Spokesperson: Well, that’s okay, you had a choice, you had a choice and that’s what you did.

Question: [inaudible] the death of a UN staff member, so I think it’s entirely fair to ask it in this forum. So, I am asking you.

Spokesperson: I am not saying it’s not fair to ask the question, I am just saying you set the priority for the question you wanted to ask to the head of Peacekeeping Operations. And so, what I am saying is I don’t have the answer now, and I will see what I can get.

Question: He said ask… he asked for indulgence that he didn’t have the details, so I thought it was better to ask you now, maybe you can get the details.

Spokesperson: That’s fine, we will try to get something for you. I am simply making the point. Yes? Other questions, please? Yes, Mr. Abbadi?

Question: Thank you, Martin. Does the Secretary-General have any comment regarding the passing of the legislation in Washington on the free trade agreement with South Korea, Panama and Colombia?

Spokesperson: Not at this point, no, I don’t think so, no. Next question? Yes, first of all coming to you, then to Margaret, yes?

Question: I need to know that Iran has denied alleged assassination plot, and the letter that you mentioned, did Mr. Ban Ki-moon make any response to that letter?

Spokesperson: No, as I said, that letter, a letter was received from the Iranian Mission, as was a letter from the US authorities. And both of those letters have been transmitted to the General Assembly and the Security Council. That happened yesterday.

Correspondent: Thank you.

Spokesperson: Yes?

Question: So, on the letters, are you going to release them now, because usually they would be with the daily documents [inaudible]?

Spokesperson: That’s, that would not be us who would release them. It’s to be seen whether they are released by other bodies within the UN system.

Question: [inaudible] was the letter to the SG… I mean, we get a lot of letters [inaudible].

Spokesperson: No, that’s not typically the way that it happens. If they are transmitted to the Security Council or General Assembly, they can be, but not necessarily are made public documents. That’s not always the case.

Question: So, are you going to try to make these public?

Spokesperson: Well, as I understand it, the Iranian letter is already in the public domain.

Question: [inaudible] going around, but the US letter?

Spokesperson: Well, again you could ask the US authorities if they wish to make that public. And as I say, in due course, it may be for the General Assembly or the Security Council to do so. But that’s not for me to say.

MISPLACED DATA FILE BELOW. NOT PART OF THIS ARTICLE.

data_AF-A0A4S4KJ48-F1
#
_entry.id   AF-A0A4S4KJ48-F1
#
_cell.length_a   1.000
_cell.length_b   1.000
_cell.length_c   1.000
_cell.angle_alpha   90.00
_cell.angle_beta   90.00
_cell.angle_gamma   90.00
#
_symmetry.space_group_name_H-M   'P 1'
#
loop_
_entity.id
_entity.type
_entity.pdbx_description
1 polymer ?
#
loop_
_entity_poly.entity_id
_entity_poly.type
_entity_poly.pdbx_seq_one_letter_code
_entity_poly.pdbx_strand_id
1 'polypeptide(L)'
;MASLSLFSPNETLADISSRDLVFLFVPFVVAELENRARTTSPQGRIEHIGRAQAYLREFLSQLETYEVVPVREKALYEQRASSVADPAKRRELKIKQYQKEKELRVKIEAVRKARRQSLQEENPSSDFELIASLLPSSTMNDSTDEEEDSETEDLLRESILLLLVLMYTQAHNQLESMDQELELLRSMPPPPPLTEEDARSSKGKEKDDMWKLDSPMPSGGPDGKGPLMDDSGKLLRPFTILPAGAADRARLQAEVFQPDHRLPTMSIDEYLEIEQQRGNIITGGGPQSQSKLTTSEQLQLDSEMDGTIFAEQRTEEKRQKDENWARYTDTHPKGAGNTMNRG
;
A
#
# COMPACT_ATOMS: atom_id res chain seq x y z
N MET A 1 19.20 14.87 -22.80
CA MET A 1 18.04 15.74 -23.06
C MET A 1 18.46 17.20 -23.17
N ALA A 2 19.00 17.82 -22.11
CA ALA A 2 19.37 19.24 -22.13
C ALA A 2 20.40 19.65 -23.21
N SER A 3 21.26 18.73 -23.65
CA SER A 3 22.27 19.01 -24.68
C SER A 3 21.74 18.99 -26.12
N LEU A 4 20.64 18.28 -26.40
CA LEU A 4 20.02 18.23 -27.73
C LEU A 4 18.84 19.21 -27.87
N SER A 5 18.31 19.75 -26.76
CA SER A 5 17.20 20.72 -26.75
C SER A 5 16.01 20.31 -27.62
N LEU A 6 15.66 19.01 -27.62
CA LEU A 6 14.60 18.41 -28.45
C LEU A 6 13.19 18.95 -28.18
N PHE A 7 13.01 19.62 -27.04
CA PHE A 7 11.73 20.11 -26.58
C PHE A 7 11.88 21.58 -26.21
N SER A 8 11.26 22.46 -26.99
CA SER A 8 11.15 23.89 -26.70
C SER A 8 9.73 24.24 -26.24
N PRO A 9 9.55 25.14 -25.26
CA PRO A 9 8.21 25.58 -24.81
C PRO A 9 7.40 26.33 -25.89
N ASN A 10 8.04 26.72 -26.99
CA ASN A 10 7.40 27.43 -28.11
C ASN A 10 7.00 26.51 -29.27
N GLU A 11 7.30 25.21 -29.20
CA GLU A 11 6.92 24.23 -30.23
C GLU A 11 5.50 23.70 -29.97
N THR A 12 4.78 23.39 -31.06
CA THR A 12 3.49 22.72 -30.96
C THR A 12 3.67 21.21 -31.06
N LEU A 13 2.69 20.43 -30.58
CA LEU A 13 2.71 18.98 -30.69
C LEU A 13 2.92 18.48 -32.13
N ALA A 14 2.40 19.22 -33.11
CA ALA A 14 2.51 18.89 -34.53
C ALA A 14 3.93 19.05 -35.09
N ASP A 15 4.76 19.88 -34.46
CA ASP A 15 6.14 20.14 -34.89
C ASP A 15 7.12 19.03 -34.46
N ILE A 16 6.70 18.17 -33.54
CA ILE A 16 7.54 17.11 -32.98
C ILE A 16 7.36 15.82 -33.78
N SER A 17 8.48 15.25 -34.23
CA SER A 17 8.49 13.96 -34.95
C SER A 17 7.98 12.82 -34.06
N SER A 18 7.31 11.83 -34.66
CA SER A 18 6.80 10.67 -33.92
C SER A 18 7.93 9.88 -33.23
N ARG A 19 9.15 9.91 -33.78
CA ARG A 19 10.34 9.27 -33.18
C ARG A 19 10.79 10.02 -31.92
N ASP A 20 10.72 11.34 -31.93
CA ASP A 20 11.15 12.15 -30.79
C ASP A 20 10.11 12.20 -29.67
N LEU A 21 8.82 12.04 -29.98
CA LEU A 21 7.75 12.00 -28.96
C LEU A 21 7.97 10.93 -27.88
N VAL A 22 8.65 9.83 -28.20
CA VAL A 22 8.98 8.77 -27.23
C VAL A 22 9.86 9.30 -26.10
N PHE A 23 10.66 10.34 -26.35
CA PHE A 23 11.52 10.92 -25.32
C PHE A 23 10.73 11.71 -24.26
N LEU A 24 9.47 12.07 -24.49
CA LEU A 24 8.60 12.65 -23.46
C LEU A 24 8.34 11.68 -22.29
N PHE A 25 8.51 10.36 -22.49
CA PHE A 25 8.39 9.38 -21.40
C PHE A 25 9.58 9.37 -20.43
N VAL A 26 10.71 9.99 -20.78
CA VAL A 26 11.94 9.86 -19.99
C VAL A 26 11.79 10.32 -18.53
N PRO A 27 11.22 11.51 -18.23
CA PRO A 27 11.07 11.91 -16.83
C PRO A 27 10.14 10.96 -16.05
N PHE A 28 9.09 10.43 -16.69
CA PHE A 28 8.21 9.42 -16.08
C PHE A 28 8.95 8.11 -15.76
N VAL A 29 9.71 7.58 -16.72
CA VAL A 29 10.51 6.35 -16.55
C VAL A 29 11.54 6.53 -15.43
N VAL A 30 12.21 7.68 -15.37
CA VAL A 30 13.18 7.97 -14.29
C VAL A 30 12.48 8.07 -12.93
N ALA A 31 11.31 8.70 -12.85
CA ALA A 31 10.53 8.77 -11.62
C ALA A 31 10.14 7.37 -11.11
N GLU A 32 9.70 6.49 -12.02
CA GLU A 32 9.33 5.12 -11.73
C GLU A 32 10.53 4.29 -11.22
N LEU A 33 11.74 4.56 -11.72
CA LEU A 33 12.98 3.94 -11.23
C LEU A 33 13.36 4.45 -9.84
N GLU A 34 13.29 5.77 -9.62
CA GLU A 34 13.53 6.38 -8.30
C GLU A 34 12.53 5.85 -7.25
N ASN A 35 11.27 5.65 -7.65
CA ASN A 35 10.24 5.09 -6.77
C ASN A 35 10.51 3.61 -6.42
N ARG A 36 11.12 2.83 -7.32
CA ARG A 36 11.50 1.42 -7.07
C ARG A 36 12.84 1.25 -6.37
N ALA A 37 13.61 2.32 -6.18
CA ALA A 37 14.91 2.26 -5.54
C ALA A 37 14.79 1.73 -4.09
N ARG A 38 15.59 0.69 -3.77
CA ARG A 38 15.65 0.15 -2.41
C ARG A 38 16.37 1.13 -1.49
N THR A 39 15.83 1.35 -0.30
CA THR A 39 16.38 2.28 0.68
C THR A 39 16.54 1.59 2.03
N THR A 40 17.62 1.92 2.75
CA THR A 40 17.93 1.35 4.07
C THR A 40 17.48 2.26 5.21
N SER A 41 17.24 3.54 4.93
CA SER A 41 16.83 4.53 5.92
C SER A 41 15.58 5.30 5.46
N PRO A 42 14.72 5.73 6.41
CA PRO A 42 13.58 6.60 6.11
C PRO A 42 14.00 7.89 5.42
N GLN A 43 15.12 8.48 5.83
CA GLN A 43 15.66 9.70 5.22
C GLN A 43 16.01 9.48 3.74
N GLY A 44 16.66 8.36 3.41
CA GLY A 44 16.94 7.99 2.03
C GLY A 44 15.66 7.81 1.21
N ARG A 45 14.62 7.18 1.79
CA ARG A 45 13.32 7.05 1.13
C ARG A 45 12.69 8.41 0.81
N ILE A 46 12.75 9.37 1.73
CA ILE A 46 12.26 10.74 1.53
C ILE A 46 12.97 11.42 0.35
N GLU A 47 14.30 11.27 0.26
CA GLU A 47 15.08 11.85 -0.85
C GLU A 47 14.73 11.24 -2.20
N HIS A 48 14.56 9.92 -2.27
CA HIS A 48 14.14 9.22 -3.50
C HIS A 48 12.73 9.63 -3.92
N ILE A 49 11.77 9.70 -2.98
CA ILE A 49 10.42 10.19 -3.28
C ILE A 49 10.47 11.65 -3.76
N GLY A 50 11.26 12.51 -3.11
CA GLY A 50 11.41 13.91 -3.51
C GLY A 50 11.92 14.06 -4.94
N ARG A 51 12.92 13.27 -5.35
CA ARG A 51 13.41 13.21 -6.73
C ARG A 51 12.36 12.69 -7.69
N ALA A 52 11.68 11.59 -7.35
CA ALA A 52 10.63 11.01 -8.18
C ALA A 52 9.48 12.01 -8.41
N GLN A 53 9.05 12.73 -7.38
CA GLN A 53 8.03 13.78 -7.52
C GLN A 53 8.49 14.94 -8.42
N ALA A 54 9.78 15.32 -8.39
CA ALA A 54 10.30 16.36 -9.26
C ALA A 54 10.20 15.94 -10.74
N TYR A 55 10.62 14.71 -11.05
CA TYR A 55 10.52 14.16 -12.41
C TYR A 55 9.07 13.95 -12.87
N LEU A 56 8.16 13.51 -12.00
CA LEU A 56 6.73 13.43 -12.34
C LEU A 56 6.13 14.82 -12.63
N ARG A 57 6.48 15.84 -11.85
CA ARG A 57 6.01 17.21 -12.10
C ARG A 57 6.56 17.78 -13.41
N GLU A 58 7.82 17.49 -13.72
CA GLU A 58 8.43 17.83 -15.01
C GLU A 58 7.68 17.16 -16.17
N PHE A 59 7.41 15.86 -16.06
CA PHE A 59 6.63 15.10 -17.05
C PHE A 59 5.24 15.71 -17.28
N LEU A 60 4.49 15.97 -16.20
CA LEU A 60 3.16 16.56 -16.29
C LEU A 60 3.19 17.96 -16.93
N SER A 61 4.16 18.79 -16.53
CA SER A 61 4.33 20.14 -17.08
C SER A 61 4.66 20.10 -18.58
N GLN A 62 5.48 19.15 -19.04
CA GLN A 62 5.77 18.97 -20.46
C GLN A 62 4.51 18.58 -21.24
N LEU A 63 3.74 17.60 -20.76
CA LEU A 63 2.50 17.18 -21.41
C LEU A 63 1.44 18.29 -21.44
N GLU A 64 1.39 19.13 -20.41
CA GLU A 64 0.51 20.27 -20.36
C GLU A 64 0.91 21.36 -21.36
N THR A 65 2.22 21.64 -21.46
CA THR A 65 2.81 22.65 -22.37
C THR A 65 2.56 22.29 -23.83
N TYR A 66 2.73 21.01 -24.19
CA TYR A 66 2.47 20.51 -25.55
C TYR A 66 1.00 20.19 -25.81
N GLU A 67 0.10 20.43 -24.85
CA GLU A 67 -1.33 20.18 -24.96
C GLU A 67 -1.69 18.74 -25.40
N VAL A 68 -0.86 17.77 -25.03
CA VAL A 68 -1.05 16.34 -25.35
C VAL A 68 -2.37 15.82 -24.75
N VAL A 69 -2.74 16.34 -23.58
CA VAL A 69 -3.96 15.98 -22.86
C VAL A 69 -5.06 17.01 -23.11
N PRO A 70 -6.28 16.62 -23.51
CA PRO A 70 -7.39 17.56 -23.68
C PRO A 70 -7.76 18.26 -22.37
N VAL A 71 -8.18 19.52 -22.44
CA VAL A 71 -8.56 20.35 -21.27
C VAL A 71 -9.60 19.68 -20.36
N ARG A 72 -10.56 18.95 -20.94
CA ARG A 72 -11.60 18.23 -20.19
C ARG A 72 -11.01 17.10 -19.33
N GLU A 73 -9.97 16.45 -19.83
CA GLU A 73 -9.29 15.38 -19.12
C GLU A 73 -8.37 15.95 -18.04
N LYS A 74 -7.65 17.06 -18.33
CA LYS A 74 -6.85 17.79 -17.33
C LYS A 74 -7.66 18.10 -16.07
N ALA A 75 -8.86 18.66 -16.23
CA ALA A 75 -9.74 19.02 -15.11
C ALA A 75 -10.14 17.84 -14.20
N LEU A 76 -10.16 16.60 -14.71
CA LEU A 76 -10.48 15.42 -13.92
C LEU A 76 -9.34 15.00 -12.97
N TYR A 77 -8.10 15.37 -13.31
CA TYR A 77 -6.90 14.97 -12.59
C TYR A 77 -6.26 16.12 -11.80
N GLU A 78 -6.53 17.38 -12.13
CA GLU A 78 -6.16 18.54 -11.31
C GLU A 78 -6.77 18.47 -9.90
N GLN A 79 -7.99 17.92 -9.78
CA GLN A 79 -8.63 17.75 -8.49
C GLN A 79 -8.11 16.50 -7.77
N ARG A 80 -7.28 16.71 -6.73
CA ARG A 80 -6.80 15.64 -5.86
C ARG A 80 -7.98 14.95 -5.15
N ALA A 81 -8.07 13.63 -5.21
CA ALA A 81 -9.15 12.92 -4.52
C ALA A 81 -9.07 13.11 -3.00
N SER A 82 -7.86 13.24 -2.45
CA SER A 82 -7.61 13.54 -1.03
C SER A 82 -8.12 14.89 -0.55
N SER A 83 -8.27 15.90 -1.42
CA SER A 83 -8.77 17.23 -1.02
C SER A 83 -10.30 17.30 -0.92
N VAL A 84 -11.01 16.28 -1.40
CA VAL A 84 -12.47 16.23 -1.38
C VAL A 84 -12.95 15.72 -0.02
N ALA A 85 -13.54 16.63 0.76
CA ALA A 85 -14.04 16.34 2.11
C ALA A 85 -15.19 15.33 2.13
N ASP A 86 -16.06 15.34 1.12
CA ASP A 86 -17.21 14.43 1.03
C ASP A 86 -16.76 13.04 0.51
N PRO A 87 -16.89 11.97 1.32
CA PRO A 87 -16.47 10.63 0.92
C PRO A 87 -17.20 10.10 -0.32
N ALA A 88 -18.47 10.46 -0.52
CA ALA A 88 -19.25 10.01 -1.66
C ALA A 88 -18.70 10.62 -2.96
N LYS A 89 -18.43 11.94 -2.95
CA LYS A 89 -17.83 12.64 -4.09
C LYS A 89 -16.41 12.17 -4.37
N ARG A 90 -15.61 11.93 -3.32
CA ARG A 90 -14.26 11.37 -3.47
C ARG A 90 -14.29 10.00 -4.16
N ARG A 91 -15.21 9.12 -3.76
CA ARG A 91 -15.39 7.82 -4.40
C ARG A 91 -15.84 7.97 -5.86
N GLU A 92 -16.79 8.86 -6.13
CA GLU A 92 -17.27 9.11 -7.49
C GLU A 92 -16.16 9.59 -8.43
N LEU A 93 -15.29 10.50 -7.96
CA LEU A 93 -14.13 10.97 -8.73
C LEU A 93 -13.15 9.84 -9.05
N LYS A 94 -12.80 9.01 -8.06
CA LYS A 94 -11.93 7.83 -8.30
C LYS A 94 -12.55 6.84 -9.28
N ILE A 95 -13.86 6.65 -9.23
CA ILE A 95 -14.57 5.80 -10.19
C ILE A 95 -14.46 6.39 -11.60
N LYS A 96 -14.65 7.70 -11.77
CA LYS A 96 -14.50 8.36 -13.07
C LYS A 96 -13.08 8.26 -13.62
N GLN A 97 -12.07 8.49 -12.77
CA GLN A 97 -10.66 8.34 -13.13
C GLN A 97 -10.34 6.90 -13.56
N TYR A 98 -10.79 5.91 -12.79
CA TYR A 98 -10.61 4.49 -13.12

Question: Did they ask you… did the Americans ask you not to make the letter public?

Spokesperson: I do not know the answer to that. You could check with the US Mission. Yes, Matthew?

Question: Sure, I want… last month, the Secretary-General named as a member of his high-level group on energy access issues, Charles Holliday, the Chairman of Bank of America, and you know, this week down at the Occupy Wall Street protests, there was a large sort of a presentation about Bank of America being the biggest funder of mountain-top coal removal and being… called it very environmentally destructive, there is a call to remove money from the Bank, and so I wonder, did the Secretary-General… did he… was he aware of this? Did he consider this in naming the Chairman of… of… of… of this particular bank to his energy access group, that they are extensively involved in… and what’s the Secretary-General’s view of mountain-top coal removal, where you… the mountain is cut off and essentially destroyed?

Spokesperson: Well, first of all, I will check with my colleagues on the first part of you question. On the second, the Secretary-General has just returned, as you know, from a visit to Norway, Denmark and Sweden. And in Norway, there was a large conference talking about the need for sustainable energy. This is an initiative that was launched just very recently by the Secretary-General. The Norwegian authorities have a complementary initiative that they have launched. The whole point here is to provide universal energy access by 2030. And to do so requires investment in sustainable energy. And it also requires countries to increase the amount of renewable energy in the energy mix. But the energy mix will continue to contain other sources of energy. That’s an inevitability. I am talking in general terms now, not specifically addressing the last point, but just trying to underscore that the Secretary-General puts a heavy focus on the need for developing a sustainable energy strategy that will help us to reach that target that I mentioned of universal access by 2030.